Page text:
Agreement That In Congress States Be Represented Equally In The Senate By Population In The House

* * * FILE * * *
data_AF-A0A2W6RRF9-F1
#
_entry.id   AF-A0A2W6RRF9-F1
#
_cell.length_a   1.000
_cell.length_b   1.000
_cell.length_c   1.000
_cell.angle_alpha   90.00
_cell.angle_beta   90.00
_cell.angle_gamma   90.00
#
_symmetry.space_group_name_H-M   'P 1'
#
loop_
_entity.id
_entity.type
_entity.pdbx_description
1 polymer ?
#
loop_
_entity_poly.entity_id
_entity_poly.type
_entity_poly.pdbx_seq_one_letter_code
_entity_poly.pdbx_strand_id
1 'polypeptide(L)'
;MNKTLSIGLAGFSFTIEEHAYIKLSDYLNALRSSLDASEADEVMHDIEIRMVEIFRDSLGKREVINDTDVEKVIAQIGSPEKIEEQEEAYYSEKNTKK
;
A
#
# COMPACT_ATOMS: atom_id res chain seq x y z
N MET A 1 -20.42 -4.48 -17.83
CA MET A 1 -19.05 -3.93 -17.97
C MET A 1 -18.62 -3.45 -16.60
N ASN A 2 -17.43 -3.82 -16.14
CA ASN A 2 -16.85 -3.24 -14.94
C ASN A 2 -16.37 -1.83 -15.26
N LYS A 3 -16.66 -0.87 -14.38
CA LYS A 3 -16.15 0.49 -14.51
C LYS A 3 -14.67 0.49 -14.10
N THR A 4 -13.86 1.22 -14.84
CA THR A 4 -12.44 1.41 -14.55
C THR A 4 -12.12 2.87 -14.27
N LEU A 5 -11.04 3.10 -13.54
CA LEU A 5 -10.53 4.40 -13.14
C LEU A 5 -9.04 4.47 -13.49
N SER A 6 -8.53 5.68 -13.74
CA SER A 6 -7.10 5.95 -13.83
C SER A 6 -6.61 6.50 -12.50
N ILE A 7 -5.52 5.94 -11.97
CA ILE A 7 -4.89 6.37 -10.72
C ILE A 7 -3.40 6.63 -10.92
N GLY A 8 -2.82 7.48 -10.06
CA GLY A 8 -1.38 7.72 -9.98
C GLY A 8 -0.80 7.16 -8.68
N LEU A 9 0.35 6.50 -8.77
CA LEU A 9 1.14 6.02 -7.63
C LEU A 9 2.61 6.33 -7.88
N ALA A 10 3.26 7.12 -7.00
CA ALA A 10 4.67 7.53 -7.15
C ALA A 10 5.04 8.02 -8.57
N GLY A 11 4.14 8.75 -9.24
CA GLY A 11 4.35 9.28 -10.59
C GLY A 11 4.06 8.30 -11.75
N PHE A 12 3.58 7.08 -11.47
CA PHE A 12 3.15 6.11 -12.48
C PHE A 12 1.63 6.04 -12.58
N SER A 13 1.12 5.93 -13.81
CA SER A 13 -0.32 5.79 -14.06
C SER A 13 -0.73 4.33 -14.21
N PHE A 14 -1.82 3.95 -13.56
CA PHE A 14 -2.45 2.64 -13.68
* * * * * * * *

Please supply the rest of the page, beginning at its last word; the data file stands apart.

In the summer of 1787, delegates to the Philadelphia Constitutional Convention established equal representation in the Senate and proportional representation in the House of Representatives. The congressional representation plan, called the « Great Compromise » or « Connecticut Compromise, » resolved the most controversial aspect of drafting the Constitution. Smaller states gave up a lot to follow the Constitution, and they had to be reassured that the new, much more powerful national government would not be the instrument by which the small would be dominated by the big ones. Did you know that there is a provision of the Constitution that cannot be changed? Other delegates sought a compromise between the interests of large and small states. In 1776, Roger Sherman of Connecticut proposed that Congress represent the people and states. At the 1787 Congress, Sherman proposed basing the representation of the House of Representatives on the population, while in the Senate the states should be represented in the same way. Benjamin Franklin agreed that every state should have an equal voice in the Senate, except for money issues. At the beginning of July, the Convention`s grand committee reported to delegates on its request, with some amendments. Madison led the debate against Franklin`s measure and felt it was an injustice to the majority of Americans, while some delegates from small states even refused to support proportional representation in the House of Representatives. On July 16, delegates narrowly adopted the mixed representation plan that gives states the same votes in the Senate in a federal system of government. Roger Sherman, a delegate from Connecticut, proposed legislation with two parties; States would have equal representation in the Senate and the population of states would determine representation in the House of Representatives. The result was a bicameral legislative branch that gave the same representation to each state in the Senate and the same representation to the population in the House of Representatives. Smaller states feared being ignored if representation was based on population, while larger states felt that their larger populations deserved more votes.